No, that’s not even true. I’ve been failing words. Because they’ve been here all along, waiting for me to come home and hold them up to view my world through, the Rosetta stone of my consciousness. I have been failing words because the appropriate adjectives have been too dark and morbid to see on the screen. I save them for paper, sometimes, in the morning, because I still write for an hour and a half at the cafe before work. And then I close my hardbound notebook, stow it safely away, and post pretty pictures of stars and kitties napping on purple pillows.
Sitting back at my work desk, I pull up Google. “Support group”, I type. And then, to clarify, “Seattle”. I stare at my 650,000 results and realize I’ll need to be more specific.
And it’s here that I am at a loss. What is it, exactly, I need support for? What am I suffering from that can be solved by the wisdom of similarly injured people? In which group can I sit and speak freely about all the issues weighing on my soul these days? I have no disease. I have not physically lost anyone. I’m not involved with an abusive addict.
Yet I am quite certain that this planet is going down the toilet, and us with it, and there’s nothing we can do to affect any measurable change because the entire human race is possessed by money and power and the petty desires of Old White Men, and no matter how much effort the millions of little people exert, one Old White Man can veto that motion and all is lost.
In what group can I sit and say, “Hey — maybe people starving to death is a good thing. Because since the beginning of time, the natural law of population control has reined-in every species, and every time a food supply expanded, a population expanded accordingly. And feeding people who have outgrown their food supply (or whose food supply we have destroyed) is just perpetuating the problem and making it larger.”
In what group can I express the dismal grief I feel at having poisoned the four cats in my care with their gourmet, Dick van Patten-endorsed, $40 a bag, grain-free food? And how do I reconcile with my heart as I force them to endure nightly subcutaneous fluid injections via needle while they growl and struggle and try to bite me because I am unable to explain to them that I’m trying to save them? That some fucker in China has a new Rolls Royce funded by the melamine they ingested?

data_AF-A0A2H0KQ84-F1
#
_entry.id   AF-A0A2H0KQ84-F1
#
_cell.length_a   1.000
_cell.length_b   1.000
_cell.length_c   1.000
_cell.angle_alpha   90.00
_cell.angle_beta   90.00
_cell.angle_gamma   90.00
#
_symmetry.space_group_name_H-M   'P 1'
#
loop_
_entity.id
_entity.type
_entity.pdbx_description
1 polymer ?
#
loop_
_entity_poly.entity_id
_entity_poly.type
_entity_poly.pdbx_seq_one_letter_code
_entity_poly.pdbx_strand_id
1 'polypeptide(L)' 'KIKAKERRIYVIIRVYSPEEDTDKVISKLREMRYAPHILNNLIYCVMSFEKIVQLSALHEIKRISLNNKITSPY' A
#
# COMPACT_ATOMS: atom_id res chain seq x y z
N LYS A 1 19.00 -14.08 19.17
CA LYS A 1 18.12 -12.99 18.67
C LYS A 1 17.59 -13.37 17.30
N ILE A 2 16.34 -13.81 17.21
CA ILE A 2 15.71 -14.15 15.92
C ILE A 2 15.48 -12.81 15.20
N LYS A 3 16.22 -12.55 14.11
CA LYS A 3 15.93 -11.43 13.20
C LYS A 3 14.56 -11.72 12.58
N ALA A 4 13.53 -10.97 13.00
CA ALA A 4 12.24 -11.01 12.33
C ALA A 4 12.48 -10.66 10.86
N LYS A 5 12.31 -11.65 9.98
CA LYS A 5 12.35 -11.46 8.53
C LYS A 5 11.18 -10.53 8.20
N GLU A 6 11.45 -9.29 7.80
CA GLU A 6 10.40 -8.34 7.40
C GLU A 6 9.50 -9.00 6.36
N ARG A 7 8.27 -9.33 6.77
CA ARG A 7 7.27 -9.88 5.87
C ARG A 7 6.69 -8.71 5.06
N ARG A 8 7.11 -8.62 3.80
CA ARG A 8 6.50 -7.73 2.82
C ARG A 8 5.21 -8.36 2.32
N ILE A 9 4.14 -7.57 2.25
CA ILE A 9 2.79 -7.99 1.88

If you’re not outraged, you’re not paying attention.
And maybe some diseases weren’t meant to be cured. And maybe it’s simply not okay to drive a gas-guzzling SUV, even if that means you’re inconvenienced on soccer nights. And hey — maybe adding three more babies to the US census is not responsible citizenship. Maybe we need a woman president, even if she’s not the best candidate. Maybe it’s really fucked up that most Americans speak only one language, and most of the world also speaks English. Maybe it’s not okay that your coolest shirt was made by a nine-year-old in Hong Kong who works 100 hours a week for a daily bowl of melamine-tainted rice. Maybe putting little animals and our primate cousins into cages and subjecting them to unspeakable horrors so we can perpetuate a handful of miserable human lives another three years is not the best way to go. Maybe me graciously accepting my plush salary and benefits from a company that does just that is not the most ethical choice.
It is here my Buddhism fails me, or as previously phrased, I fail my Buddhism. Meditation lately has been too painful and instead I retreat into a half-gallon of Mississippi mud and a National Geographic DVD. Or I buy furniture and dye my hair.
Maybe I’ll start my own group. Call it “life support”.
Wanna join?

Why Your Companion Animals are Dying

I have been getting quite a few emails from friends asking me about the dog & cat food recall, so I’m pointing everyone to the following resources, which are more up-to-date than information I can offer. Just like my vet said, “I am at a total loss on what to recommend,” since products I used to trust have been implicated a dozen times over in this horrific mess.
The main thing to remember is that the ingredients listed on the bag are not necessarily the ingredients INSIDE the bag. Reading the ingredient list for rice protein or wheat gluten is totally useless. The bag of food I bought at Mud Bay that says on the front “Contains no RICE, wheat or corn” contained not only rice, but rice laced with melamine — a plastic. And nobody can tell me why.
Also remember in this internet age to check your sources. And double-check them. And cross-research them. Just because one place says the food is okay does not mean it really is. Companies are trying their damndest to avoid recalling foods and our animals are dying in the meantime.
Please visit these sites and get the information you need to protect your loved ones. And then sit down and write some letters to your political leaders, and the FDA, and the newspaper, and the companion animal food companies.

I’m feeding grain-free Wellness 100% now. It’s the best I can do short of going out and catching live field mice.
I hope you and yours are unaffected.